Here's some food for HW readers' thought. The below graph is from the investor presentation delivered by the bank on Monday morning, and it's intended to show how the bank's relative credit risk is better than industry averages.
Two things should stand out when you see a graph like this: first, remember that the bank is choosing here to look only at severe delinquencies of 90+ days. The graph may look very different if we're looking at all delinquencies, or looking just at foreclosures.
Secondly, and much more importantly: if Wachovia, as it has strongly suggested for months, is doing a better than average job managing credit risk in its residential mortgage portfolio, and they're now having to raise $7 billion and cut their dividend in a move to preserve capital -- what does that say about other firms?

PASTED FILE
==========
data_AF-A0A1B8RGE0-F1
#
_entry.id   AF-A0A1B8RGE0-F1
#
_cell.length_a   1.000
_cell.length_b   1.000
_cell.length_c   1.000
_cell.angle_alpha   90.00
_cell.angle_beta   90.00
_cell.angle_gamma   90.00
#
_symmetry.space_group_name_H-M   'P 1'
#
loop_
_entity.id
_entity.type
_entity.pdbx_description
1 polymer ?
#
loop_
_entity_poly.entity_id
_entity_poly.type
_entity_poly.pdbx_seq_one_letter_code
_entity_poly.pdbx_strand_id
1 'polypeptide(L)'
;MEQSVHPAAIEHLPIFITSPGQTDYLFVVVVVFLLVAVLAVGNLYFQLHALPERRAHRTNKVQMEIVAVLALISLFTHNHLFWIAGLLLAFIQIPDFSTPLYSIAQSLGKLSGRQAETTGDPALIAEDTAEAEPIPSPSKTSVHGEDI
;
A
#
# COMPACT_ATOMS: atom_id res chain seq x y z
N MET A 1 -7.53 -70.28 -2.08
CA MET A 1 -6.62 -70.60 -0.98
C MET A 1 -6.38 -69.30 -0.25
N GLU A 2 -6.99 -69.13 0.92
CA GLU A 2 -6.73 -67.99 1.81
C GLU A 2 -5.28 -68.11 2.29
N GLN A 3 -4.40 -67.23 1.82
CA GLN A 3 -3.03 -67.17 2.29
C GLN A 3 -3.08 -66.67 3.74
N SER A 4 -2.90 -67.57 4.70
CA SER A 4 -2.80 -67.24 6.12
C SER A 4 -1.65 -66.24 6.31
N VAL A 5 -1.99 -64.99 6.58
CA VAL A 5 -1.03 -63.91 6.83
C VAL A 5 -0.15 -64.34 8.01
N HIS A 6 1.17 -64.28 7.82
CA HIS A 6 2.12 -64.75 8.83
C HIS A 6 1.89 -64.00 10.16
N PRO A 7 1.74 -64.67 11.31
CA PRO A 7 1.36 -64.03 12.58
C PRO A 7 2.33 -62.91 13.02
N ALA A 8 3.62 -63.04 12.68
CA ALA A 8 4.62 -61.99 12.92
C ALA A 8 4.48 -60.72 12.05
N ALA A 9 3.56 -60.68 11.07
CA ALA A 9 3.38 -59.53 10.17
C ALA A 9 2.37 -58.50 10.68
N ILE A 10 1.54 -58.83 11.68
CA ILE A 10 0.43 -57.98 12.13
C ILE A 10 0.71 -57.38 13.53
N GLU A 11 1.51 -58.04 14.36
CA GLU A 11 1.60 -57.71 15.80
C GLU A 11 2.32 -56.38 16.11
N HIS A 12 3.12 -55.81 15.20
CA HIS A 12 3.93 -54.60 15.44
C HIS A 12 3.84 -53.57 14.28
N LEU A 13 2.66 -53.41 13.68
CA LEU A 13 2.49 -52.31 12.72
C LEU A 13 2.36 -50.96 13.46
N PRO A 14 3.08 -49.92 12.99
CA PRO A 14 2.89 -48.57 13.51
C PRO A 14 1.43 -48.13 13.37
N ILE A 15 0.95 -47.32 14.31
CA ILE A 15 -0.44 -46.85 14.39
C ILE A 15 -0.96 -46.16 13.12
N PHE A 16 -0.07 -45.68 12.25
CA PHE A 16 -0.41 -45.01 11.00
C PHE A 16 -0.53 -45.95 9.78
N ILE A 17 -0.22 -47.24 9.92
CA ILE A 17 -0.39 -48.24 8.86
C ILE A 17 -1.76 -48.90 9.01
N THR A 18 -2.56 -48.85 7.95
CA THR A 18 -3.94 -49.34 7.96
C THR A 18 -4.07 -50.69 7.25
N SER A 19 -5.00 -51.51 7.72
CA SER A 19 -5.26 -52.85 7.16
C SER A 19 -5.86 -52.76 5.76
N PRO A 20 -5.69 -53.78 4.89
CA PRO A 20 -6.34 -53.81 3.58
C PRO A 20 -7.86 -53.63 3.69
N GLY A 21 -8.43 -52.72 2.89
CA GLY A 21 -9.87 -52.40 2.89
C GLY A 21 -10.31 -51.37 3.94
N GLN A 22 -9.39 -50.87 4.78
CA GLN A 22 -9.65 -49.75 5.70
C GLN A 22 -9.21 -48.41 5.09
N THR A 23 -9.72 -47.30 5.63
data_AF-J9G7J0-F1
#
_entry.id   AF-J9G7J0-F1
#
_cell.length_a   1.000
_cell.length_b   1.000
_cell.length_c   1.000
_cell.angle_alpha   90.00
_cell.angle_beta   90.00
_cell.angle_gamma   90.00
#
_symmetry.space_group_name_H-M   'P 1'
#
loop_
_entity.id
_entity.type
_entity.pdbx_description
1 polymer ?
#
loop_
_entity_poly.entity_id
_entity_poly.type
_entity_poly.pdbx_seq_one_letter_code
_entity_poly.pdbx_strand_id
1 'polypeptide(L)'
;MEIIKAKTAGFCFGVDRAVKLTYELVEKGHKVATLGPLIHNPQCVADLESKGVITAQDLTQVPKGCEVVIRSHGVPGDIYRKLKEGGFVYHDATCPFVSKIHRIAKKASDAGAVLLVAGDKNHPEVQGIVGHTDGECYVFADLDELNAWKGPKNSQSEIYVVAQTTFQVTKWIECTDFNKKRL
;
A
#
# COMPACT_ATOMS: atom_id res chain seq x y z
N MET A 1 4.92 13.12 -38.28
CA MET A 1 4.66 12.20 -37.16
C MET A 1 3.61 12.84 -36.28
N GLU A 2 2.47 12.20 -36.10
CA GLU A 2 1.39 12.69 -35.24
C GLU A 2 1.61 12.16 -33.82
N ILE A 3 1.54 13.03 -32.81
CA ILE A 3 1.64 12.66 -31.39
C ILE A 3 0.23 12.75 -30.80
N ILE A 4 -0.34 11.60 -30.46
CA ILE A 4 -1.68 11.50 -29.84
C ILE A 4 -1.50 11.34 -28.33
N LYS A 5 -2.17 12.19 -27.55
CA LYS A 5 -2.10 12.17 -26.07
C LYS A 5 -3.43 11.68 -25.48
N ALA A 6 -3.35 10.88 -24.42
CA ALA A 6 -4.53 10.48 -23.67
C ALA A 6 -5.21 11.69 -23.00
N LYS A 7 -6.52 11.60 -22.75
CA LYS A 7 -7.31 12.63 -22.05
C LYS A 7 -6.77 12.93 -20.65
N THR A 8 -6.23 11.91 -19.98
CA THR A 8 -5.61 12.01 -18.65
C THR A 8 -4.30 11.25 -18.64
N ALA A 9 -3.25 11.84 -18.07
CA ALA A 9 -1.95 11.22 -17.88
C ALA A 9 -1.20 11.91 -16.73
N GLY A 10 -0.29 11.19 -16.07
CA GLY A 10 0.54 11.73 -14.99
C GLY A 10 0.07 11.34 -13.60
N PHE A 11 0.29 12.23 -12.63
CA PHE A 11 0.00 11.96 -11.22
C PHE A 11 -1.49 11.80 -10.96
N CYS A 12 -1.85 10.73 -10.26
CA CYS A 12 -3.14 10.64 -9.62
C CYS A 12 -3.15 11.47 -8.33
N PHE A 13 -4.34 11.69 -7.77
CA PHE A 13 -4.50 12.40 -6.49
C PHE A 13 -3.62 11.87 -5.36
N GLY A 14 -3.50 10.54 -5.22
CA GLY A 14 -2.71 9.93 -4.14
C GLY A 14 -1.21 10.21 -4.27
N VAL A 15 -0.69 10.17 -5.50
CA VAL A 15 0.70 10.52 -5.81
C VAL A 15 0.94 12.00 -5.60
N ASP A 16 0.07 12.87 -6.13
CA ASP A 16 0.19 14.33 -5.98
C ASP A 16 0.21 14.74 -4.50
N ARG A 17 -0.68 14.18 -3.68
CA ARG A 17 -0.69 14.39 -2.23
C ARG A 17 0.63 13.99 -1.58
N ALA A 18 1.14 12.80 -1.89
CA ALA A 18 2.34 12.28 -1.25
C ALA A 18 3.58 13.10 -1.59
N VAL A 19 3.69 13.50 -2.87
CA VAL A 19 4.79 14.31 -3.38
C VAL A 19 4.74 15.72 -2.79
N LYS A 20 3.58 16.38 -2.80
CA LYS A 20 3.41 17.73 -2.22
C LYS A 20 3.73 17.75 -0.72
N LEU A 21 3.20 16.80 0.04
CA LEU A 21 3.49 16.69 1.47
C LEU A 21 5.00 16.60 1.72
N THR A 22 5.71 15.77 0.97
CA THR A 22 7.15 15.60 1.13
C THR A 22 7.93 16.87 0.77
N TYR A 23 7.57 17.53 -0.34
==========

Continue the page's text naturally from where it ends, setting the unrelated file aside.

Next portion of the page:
As a side note, it's worth remembering that nearly every major player in the mortgage market has, for a while now, been pumping out a graph or two each earnings season intended to show how much better their credit risk is than industry averages. Keep in mind that if everyone were better than average, as most are now claiming, we'd have a very different average.
We're not saying that Wachovia is playing with numbers here; what we're saying is that you can't assess credit risk on one dimension.